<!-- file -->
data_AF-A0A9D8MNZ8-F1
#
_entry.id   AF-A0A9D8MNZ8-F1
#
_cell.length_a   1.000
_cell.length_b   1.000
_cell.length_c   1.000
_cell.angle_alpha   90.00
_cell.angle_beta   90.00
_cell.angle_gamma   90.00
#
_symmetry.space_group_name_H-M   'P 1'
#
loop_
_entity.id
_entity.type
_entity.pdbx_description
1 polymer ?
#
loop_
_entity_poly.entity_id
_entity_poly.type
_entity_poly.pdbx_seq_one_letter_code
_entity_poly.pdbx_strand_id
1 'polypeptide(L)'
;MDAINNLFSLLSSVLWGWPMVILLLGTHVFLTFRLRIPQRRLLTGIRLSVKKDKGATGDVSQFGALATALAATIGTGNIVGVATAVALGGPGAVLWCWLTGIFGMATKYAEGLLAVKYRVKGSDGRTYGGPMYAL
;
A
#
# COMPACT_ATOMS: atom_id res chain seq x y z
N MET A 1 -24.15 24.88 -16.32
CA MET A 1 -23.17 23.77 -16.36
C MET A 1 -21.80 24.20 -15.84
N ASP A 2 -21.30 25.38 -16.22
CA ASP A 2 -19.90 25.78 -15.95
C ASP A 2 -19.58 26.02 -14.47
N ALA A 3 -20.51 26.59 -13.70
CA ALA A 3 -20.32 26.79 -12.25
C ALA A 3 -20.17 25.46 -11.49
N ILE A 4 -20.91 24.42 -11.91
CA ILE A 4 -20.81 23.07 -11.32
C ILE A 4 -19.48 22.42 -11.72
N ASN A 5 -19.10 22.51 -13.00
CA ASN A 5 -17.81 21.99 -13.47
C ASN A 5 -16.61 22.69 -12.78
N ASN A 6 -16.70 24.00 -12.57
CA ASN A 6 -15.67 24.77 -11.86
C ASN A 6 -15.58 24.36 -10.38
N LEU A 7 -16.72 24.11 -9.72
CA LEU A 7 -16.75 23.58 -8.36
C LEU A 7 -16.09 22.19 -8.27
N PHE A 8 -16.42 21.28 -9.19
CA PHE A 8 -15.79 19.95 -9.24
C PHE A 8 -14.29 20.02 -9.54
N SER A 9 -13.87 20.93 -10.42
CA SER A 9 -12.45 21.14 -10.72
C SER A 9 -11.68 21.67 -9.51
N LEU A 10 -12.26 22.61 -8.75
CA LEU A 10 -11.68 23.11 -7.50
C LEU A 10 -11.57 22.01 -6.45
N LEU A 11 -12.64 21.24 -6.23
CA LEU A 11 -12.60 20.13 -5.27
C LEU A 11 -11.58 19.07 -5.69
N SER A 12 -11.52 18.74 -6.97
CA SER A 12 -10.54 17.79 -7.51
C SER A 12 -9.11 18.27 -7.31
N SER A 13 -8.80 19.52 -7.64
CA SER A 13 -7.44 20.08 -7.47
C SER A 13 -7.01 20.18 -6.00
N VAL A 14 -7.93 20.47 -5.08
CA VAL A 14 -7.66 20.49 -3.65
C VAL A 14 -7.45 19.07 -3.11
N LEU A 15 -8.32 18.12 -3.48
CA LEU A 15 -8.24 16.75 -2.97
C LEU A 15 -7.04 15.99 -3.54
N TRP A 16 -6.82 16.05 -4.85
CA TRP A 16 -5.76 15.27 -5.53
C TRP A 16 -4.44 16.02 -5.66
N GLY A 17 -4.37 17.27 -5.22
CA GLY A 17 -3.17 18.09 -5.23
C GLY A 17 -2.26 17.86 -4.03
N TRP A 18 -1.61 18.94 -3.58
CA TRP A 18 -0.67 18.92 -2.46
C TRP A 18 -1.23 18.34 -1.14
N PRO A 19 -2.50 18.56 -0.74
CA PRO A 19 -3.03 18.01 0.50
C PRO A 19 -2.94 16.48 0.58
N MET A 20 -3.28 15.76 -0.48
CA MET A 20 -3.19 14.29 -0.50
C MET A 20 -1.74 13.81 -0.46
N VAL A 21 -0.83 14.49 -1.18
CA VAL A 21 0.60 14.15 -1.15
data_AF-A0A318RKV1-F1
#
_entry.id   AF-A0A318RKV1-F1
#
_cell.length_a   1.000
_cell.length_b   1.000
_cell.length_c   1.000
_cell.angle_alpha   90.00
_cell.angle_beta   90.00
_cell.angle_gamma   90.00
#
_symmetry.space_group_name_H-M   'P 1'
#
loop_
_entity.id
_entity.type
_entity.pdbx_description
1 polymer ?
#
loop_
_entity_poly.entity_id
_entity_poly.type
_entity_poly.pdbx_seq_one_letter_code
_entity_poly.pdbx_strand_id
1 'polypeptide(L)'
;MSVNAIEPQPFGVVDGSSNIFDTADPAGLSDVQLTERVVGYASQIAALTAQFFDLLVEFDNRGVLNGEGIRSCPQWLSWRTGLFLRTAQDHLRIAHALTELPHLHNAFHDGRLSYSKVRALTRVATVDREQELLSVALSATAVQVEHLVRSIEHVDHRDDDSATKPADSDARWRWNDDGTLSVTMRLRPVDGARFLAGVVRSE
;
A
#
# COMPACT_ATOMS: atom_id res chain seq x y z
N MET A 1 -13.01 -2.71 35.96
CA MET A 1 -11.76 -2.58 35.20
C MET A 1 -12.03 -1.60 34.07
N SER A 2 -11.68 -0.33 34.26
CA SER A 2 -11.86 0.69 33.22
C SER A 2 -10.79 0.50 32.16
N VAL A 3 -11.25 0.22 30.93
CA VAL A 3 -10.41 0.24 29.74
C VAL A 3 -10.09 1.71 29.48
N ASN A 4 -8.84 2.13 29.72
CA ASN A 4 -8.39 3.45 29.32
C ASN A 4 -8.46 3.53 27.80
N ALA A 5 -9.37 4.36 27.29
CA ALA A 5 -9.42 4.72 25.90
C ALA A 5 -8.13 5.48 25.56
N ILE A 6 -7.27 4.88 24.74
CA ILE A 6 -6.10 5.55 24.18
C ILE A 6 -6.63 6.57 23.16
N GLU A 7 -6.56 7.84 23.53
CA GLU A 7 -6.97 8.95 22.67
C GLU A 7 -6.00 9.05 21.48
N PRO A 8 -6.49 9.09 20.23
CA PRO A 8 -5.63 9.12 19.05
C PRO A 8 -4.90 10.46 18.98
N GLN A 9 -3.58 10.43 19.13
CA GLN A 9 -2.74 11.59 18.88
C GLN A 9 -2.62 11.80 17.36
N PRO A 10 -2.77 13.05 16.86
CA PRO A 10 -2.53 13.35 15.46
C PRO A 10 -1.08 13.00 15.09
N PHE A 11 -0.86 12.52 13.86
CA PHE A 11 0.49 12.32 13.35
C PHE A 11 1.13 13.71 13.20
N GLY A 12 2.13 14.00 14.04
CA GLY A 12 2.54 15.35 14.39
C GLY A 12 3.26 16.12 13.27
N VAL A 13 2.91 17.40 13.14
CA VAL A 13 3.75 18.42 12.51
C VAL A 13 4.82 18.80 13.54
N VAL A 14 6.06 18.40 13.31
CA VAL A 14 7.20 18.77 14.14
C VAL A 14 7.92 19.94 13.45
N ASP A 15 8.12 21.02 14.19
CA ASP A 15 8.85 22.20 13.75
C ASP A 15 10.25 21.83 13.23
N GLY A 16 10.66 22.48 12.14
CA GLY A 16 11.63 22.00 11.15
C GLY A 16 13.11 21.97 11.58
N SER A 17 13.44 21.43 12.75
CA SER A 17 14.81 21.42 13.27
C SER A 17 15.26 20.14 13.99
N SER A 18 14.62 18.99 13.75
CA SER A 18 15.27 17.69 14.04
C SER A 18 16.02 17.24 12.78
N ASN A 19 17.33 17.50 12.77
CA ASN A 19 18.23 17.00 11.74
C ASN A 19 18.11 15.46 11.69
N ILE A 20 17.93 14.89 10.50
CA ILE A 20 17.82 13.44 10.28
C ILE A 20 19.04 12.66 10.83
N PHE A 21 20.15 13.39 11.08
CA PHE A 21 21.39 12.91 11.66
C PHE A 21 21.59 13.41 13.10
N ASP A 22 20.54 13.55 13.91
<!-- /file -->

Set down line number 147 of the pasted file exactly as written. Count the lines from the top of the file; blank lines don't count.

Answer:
N GLN A 9 -3.58 10.43 19.13